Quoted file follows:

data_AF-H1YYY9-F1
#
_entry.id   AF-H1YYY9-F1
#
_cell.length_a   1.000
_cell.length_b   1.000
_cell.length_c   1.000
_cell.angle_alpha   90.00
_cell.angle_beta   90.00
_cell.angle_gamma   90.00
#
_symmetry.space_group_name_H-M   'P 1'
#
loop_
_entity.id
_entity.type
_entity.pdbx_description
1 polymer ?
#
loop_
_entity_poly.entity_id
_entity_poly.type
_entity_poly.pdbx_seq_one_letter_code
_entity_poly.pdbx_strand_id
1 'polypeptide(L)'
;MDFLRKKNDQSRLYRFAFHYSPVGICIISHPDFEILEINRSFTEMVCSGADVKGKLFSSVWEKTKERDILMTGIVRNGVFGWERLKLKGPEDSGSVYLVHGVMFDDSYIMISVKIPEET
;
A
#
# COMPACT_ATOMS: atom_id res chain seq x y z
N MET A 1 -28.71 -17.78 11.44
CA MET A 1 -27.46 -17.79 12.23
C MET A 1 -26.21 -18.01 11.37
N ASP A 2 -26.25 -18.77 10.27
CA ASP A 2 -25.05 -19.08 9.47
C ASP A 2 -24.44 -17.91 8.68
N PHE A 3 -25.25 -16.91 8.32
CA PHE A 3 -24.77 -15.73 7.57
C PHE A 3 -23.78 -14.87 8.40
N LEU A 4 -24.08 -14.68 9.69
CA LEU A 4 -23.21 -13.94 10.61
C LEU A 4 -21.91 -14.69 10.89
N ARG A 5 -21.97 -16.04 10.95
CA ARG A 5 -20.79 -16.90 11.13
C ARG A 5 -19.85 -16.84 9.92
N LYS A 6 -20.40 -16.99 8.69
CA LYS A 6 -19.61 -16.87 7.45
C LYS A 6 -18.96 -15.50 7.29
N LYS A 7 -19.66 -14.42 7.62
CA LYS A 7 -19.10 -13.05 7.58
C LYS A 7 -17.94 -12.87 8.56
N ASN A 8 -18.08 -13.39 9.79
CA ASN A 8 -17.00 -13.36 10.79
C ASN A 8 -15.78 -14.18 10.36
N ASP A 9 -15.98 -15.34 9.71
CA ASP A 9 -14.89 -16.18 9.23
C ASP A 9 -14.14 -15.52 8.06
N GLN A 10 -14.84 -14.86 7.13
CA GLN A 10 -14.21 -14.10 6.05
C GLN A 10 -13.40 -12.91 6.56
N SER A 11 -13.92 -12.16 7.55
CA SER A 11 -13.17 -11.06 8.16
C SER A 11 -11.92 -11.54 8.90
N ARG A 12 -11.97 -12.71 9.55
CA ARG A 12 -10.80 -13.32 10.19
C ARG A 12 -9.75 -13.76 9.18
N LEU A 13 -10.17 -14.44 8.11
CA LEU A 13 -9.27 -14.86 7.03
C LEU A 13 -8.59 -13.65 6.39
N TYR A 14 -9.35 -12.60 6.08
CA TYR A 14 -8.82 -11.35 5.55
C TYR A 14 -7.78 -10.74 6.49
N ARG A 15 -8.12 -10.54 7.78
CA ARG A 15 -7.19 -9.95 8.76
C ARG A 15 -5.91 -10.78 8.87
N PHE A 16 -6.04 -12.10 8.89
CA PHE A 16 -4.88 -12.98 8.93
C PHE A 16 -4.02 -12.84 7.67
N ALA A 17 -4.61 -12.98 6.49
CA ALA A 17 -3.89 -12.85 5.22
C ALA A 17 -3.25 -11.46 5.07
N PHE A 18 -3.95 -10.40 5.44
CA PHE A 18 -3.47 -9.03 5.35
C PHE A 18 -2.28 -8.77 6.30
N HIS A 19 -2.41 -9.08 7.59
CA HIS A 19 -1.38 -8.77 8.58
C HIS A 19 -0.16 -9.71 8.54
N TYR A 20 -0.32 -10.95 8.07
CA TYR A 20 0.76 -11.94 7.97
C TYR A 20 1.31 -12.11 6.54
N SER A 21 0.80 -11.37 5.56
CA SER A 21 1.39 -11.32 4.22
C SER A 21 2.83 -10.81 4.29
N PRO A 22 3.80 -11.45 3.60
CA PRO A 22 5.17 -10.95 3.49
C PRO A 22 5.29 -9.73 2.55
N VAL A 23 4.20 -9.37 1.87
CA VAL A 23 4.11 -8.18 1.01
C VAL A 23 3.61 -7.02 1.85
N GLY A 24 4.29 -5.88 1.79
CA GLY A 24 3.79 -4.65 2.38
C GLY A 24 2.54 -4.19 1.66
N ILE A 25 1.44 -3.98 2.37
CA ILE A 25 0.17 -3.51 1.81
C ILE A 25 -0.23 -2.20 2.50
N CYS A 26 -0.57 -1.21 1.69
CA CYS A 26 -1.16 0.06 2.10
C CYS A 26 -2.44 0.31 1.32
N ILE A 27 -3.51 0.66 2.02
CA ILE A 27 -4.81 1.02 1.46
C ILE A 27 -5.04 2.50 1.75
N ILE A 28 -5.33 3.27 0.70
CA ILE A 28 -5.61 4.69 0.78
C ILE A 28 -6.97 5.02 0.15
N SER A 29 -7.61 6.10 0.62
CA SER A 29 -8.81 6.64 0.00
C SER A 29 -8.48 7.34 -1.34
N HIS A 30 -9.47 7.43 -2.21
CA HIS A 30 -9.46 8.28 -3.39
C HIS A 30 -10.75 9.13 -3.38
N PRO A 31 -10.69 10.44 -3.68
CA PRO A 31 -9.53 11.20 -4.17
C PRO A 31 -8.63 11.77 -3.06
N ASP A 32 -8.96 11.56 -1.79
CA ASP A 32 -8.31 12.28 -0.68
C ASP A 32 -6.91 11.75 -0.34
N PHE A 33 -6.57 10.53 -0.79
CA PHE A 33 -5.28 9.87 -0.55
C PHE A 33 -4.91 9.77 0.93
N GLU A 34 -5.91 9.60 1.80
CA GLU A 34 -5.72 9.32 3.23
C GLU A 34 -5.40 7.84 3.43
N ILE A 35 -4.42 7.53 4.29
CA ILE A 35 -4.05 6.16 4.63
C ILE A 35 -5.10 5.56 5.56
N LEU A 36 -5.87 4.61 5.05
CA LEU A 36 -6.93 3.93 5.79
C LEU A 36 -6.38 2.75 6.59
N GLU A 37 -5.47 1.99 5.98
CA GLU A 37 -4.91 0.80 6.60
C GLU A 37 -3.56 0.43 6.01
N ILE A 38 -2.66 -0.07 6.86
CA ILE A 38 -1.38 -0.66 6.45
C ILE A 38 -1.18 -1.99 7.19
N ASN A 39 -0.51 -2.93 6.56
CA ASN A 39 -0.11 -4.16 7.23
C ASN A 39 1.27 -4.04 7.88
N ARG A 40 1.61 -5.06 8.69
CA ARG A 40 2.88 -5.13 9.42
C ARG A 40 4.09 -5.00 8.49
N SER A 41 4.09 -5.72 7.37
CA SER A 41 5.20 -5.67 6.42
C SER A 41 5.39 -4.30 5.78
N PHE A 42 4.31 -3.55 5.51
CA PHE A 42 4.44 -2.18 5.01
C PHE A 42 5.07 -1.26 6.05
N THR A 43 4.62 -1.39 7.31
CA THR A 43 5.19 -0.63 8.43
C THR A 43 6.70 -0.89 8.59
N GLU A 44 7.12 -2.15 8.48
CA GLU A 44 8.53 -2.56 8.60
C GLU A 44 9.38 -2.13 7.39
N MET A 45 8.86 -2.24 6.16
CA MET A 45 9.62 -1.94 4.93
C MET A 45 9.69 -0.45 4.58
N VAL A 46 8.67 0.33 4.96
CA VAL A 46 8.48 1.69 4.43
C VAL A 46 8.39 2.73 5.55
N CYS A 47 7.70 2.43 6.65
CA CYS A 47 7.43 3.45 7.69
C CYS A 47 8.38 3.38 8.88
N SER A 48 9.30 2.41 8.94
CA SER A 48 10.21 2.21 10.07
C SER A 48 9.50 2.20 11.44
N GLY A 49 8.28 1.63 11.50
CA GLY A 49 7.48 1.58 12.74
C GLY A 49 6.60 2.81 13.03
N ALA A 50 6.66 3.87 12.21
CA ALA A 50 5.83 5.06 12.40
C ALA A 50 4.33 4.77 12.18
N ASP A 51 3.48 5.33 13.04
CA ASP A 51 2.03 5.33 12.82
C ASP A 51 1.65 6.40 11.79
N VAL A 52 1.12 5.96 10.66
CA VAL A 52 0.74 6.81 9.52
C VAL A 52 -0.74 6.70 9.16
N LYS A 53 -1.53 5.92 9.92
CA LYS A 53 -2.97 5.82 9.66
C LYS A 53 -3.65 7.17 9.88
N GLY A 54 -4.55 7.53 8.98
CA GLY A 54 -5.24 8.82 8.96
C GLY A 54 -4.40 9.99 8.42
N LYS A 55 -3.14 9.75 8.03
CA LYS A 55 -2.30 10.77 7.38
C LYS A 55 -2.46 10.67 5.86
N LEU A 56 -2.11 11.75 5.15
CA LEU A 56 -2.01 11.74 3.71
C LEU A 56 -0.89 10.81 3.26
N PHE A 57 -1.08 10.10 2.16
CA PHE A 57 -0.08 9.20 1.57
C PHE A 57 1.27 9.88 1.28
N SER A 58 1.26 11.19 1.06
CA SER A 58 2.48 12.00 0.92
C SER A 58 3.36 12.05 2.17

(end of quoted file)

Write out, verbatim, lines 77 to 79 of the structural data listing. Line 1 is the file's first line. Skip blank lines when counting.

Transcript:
CA PHE A 16 -4.88 -12.98 8.93
C PHE A 16 -4.02 -12.84 7.67
N ALA A 17 -4.61 -12.98 6.49